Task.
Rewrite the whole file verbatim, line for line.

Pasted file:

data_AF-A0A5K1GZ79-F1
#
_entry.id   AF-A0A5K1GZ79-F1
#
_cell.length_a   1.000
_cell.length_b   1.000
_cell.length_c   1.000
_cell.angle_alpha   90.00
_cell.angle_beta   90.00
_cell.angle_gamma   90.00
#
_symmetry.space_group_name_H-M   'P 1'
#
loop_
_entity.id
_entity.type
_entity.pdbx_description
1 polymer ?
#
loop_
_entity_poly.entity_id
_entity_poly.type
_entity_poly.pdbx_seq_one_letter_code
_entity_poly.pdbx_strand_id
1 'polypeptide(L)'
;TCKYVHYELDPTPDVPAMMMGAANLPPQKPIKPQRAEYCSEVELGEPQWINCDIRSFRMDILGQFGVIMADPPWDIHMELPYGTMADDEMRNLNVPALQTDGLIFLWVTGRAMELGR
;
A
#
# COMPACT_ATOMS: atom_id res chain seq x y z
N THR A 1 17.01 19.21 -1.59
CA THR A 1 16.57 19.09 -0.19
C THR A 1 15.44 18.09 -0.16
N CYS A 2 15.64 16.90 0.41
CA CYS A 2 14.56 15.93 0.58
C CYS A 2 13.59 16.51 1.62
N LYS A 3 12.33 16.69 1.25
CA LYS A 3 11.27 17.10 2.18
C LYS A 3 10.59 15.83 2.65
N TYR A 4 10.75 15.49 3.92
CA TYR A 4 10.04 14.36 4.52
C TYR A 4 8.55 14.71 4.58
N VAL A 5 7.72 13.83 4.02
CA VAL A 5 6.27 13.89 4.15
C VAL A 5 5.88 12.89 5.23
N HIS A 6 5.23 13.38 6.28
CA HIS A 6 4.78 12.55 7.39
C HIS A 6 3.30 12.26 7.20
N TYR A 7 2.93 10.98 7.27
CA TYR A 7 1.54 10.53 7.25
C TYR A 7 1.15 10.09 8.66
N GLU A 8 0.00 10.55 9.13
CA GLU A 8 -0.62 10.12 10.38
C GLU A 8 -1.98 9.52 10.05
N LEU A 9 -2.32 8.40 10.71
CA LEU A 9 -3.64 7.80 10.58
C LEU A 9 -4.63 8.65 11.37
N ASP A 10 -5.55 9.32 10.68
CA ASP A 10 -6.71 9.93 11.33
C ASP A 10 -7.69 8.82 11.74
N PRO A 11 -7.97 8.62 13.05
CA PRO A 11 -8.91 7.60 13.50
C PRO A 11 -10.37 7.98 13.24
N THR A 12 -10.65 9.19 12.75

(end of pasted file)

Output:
data_AF-A0A5K1GZ79-F1
#
_entry.id   AF-A0A5K1GZ79-F1
#
_cell.length_a   1.000
_cell.length_b   1.000
_cell.length_c   1.000
_cell.angle_alpha   90.00
_cell.angle_beta   90.00
_cell.angle_gamma   90.00
#
_symmetry.space_group_name_H-M   'P 1'
#
loop_
_entity.id
_entity.type
_entity.pdbx_description
1 polymer ?
#
loop_
_entity_poly.entity_id
_entity_poly.type
_entity_poly.pdbx_seq_one_letter_code
_entity_poly.pdbx_strand_id
1 'polypeptide(L)'
;TCKYVHYELDPTPDVPAMMMGAANLPPQKPIKPQRAEYCSEVELGEPQWINCDIRSFRMDILGQFGVIMADPPWDIHMELPYGTMADDEMRNLNVPALQTDGLIFLWVTGRAMELGR
;
A
#
# COMPACT_ATOMS: atom_id res chain seq x y z
N THR A 1 17.01 19.21 -1.59
CA THR A 1 16.57 19.09 -0.19
C THR A 1 15.44 18.09 -0.16
N CYS A 2 15.64 16.90 0.41
CA CYS A 2 14.56 15.93 0.58
C CYS A 2 13.59 16.51 1.62
N LYS A 3 12.33 16.69 1.25
CA LYS A 3 11.27 17.10 2.18
C LYS A 3 10.59 15.83 2.65
N TYR A 4 10.75 15.49 3.92
CA TYR A 4 10.04 14.36 4.52
C TYR A 4 8.55 14.71 4.58
N VAL A 5 7.72 13.83 4.02
CA VAL A 5 6.27 13.89 4.15
C VAL A 5 5.88 12.89 5.23
N HIS A 6 5.23 13.38 6.28
CA HIS A 6 4.78 12.55 7.39
C HIS A 6 3.30 12.26 7.20
N TYR A 7 2.93 10.98 7.27
CA TYR A 7 1.54 10.53 7.25
C TYR A 7 1.15 10.09 8.66
N GLU A 8 0.00 10.55 9.13
CA GLU A 8 -0.62 10.12 10.38
C GLU A 8 -1.98 9.52 10.05
N LEU A 9 -2.32 8.40 10.71
CA LEU A 9 -3.64 7.80 10.58
C LEU A 9 -4.63 8.65 11.37
N ASP A 10 -5.55 9.32 10.68
CA ASP A 10 -6.71 9.93 11.33
C ASP A 10 -7.69 8.82 11.74
N PRO A 11 -7.97 8.62 13.05
CA PRO A 11 -8.91 7.60 13.50
C PRO A 11 -10.37 7.98 13.24
N THR A 12 -10.65 9.19 12.75